ABSTRACT / People increasingly forge social ties in digital contexts, access and share information, learn, and make decisions such as e.g., what content to watch, what items to buy, or to which job to apply. This has generated an unprecedented opportunity to collect and analyze digital behavioral data, study sociocultural phenomena, and support human activities with computational methods at scale. Information access systems such as recommender systems have become incredibly useful tools to guide users through vast amounts of digital content. However, their trustworthiness is under continuous debate as the underlying algorithms neglect cognitive and social factors of human behavior, can create, or amplify harmful biases, and drive polarization. In this talk, the speaker will present ongoing research on modeling human behavior leveraging psychological models and data-driven recommender systems. The talk will furthermore discuss questions related to fairness and privacy of recommender systems and highlight recent work in this respect.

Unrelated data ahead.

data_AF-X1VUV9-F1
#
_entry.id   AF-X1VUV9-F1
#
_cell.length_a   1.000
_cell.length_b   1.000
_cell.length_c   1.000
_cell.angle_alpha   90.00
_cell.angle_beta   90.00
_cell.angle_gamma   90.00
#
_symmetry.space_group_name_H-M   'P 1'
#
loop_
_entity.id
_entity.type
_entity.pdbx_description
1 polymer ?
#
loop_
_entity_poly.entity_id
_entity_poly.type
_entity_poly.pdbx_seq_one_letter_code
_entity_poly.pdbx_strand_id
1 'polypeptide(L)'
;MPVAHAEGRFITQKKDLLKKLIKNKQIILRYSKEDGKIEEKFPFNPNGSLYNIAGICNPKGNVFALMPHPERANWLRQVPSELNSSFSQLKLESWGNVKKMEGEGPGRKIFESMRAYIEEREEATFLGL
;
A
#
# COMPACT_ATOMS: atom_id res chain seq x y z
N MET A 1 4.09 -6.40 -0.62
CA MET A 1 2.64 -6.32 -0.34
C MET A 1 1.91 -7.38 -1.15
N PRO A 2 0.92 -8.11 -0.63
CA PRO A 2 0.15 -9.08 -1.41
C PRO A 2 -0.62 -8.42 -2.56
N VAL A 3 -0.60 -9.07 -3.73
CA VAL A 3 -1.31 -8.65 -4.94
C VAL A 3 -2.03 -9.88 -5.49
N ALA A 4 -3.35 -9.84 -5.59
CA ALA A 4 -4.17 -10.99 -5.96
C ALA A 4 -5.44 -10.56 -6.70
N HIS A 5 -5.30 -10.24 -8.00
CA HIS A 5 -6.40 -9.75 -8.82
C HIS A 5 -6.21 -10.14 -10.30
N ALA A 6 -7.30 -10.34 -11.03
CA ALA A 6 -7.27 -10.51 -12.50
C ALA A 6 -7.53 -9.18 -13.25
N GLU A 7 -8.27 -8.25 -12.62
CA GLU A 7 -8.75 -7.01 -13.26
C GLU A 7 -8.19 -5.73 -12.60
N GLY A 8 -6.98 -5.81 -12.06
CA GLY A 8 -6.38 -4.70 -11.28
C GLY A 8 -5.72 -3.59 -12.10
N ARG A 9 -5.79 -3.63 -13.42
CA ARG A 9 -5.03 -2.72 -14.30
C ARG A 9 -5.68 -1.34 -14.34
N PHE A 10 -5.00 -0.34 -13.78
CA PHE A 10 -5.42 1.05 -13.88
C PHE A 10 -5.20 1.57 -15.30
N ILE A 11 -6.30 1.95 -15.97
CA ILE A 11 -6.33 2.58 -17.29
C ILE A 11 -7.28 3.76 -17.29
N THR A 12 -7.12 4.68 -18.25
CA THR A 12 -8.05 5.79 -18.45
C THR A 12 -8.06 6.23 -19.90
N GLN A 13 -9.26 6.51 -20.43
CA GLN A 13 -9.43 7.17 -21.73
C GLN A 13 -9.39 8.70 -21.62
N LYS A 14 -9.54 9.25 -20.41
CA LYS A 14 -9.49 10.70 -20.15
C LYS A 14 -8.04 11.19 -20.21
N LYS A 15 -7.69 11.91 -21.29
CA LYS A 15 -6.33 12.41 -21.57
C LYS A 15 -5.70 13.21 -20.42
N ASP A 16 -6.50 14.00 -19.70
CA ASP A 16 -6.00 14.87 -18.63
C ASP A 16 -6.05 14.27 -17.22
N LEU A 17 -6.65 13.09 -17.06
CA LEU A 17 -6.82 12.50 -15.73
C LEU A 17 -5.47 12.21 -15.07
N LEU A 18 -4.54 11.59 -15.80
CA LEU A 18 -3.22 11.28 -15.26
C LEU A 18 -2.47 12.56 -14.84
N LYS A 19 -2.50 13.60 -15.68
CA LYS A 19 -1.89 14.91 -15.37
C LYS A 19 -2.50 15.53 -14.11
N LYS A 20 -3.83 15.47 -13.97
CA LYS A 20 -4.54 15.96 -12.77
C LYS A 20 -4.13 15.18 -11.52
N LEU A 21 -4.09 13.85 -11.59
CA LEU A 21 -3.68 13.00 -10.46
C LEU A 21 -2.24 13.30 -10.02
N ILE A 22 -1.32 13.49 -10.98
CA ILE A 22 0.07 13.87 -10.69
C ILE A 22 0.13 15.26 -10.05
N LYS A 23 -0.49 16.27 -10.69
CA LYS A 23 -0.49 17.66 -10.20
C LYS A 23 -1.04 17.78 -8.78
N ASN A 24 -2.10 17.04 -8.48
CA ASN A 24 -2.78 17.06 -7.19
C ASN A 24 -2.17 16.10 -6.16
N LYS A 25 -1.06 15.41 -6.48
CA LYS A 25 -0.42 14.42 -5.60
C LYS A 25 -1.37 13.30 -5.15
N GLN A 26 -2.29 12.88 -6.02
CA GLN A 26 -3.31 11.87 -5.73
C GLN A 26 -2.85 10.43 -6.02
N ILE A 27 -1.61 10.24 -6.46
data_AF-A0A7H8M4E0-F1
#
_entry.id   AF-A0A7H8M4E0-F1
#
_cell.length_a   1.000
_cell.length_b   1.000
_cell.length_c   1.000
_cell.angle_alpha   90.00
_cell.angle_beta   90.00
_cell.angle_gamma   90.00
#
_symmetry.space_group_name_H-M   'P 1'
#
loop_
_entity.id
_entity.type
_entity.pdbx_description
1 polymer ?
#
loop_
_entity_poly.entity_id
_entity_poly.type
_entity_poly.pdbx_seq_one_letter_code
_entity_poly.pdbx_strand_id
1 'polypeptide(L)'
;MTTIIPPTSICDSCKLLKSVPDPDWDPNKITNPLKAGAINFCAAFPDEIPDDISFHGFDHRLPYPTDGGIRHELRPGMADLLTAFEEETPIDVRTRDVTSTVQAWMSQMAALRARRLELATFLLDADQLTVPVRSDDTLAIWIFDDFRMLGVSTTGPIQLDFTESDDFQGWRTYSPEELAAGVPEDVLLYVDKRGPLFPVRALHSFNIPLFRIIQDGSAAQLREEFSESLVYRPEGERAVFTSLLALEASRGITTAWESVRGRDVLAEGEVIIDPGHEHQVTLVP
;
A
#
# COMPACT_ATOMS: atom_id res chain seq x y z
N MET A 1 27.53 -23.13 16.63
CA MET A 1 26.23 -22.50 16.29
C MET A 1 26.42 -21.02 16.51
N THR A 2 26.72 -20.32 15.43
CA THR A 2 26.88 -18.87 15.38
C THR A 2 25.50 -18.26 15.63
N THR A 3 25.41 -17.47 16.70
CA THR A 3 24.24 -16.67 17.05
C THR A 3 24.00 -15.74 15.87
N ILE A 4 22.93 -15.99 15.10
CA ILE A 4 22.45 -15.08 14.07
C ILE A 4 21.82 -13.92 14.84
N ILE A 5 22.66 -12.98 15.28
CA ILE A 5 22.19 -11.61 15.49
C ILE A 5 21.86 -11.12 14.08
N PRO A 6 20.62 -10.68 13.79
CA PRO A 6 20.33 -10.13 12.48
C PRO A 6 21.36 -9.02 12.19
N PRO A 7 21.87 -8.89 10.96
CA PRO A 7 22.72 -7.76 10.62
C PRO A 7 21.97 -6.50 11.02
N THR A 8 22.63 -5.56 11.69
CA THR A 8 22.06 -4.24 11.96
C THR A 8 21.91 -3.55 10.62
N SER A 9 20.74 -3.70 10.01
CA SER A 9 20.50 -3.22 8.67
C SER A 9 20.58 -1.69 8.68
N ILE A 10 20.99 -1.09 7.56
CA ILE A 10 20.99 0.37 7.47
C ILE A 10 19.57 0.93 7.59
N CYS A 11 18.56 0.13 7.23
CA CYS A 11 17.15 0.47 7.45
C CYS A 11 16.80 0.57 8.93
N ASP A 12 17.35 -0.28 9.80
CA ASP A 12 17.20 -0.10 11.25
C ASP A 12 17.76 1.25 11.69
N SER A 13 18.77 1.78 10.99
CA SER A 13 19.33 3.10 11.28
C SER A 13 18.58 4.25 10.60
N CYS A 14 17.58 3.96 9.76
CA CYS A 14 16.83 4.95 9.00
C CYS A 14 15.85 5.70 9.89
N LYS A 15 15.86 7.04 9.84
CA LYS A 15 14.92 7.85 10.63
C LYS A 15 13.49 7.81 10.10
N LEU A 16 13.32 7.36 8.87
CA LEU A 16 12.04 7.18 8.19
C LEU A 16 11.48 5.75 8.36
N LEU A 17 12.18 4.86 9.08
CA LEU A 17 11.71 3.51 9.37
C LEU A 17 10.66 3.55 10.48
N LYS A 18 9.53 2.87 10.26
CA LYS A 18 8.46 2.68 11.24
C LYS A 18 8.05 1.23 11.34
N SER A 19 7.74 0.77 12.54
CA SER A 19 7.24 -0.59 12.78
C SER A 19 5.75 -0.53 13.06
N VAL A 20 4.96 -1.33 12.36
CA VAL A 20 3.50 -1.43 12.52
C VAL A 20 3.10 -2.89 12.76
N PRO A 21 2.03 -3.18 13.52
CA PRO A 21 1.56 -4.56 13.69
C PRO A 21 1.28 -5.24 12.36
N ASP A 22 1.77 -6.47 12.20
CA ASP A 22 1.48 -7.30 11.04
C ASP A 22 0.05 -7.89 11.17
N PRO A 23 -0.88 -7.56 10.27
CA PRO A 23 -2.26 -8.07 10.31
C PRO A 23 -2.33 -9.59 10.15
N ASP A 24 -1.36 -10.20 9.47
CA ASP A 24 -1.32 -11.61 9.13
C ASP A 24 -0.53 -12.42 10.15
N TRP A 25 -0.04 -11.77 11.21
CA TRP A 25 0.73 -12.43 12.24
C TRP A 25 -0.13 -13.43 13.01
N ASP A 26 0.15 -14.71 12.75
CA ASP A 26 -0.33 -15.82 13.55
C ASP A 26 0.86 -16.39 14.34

BIO / Elisabeth Lex is an associate professor and principal investigator of the Recommender Systems and Social Computing Lab at Graz University of Technology (TUG). Her research interests include recommender systems, user modeling, information retrieval, natural language processing and computational social science. She is currently a track chair for User Modeling and Personalization at The 2023 ACM Web Conference and has recently given a tutorial on Trustworthy Algorithmic Ranking Systems at the 16th ACM International WSDM Conference 2023.